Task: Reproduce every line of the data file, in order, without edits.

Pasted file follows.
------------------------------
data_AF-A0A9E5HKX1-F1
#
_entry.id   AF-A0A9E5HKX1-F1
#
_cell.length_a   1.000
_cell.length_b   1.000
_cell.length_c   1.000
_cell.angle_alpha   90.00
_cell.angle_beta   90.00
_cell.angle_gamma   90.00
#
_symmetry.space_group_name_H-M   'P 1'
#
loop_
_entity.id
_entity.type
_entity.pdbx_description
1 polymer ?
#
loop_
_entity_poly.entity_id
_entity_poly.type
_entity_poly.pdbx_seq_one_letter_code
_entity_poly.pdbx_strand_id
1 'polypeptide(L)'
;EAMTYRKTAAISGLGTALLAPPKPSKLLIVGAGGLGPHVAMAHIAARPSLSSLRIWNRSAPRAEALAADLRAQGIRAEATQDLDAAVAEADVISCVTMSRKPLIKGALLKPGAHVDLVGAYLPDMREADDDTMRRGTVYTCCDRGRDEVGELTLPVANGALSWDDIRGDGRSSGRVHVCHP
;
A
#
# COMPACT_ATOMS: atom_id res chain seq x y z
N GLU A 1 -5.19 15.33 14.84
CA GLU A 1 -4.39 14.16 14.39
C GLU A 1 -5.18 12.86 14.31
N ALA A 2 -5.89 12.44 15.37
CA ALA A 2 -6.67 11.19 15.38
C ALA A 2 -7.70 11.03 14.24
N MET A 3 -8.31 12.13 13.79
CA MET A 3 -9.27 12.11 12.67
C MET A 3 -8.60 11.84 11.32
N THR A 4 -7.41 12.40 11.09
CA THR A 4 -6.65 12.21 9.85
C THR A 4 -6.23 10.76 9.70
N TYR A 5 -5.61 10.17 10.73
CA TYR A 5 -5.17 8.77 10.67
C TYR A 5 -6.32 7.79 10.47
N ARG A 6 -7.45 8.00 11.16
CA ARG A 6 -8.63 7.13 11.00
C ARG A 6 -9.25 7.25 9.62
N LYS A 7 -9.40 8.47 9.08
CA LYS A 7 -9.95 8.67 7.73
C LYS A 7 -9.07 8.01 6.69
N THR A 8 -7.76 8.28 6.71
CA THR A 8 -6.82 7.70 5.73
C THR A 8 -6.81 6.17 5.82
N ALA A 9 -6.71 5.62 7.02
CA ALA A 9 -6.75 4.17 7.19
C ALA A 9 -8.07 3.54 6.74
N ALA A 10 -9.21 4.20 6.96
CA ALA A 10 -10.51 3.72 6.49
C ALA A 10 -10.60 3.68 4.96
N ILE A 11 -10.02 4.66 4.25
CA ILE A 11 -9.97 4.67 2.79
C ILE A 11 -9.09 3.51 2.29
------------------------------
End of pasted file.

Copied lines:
data_AF-A0A9E5HKX1-F1
#
_entry.id   AF-A0A9E5HKX1-F1
#
_cell.length_a   1.000
_cell.length_b   1.000
_cell.length_c   1.000
_cell.angle_alpha   90.00
_cell.angle_beta   90.00
_cell.angle_gamma   90.00
#
_symmetry.space_group_name_H-M   'P 1'
#
loop_
_entity.id
_entity.type
_entity.pdbx_description
1 polymer ?
#
loop_
_entity_poly.entity_id
_entity_poly.type
_entity_poly.pdbx_seq_one_letter_code
_entity_poly.pdbx_strand_id
1 'polypeptide(L)'
;EAMTYRKTAAISGLGTALLAPPKPSKLLIVGAGGLGPHVAMAHIAARPSLSSLRIWNRSAPRAEALAADLRAQGIRAEATQDLDAAVAEADVISCVTMSRKPLIKGALLKPGAHVDLVGAYLPDMREADDDTMRRGTVYTCCDRGRDEVGELTLPVANGALSWDDIRGDGRSSGRVHVCHP
;
A
#
# COMPACT_ATOMS: atom_id res chain seq x y z
N GLU A 1 -5.19 15.33 14.84
CA GLU A 1 -4.39 14.16 14.39
C GLU A 1 -5.18 12.86 14.31
N ALA A 2 -5.89 12.44 15.37
CA ALA A 2 -6.67 11.19 15.38
C ALA A 2 -7.70 11.03 14.24
N MET A 3 -8.31 12.13 13.79
CA MET A 3 -9.27 12.11 12.67
C MET A 3 -8.60 11.84 11.32
N THR A 4 -7.41 12.40 11.09
CA THR A 4 -6.65 12.21 9.85
C THR A 4 -6.23 10.76 9.70
N TYR A 5 -5.61 10.17 10.73
CA TYR A 5 -5.17 8.77 10.67
C TYR A 5 -6.32 7.79 10.47
N ARG A 6 -7.45 8.00 11.16
CA ARG A 6 -8.63 7.13 11.00
C ARG A 6 -9.25 7.25 9.62
N LYS A 7 -9.40 8.47 9.08
CA LYS A 7 -9.95 8.67 7.73
C LYS A 7 -9.07 8.01 6.69
N THR A 8 -7.76 8.28 6.71
CA THR A 8 -6.82 7.70 5.73
C THR A 8 -6.81 6.17 5.82
N ALA A 9 -6.71 5.62 7.02
CA ALA A 9 -6.75 4.17 7.19
C ALA A 9 -8.07 3.54 6.74
N ALA A 10 -9.21 4.20 6.96
CA ALA A 10 -10.51 3.72 6.49
C ALA A 10 -10.60 3.68 4.96
N ILE A 11 -10.02 4.66 4.25
CA ILE A 11 -9.97 4.67 2.79
C ILE A 11 -9.09 3.51 2.29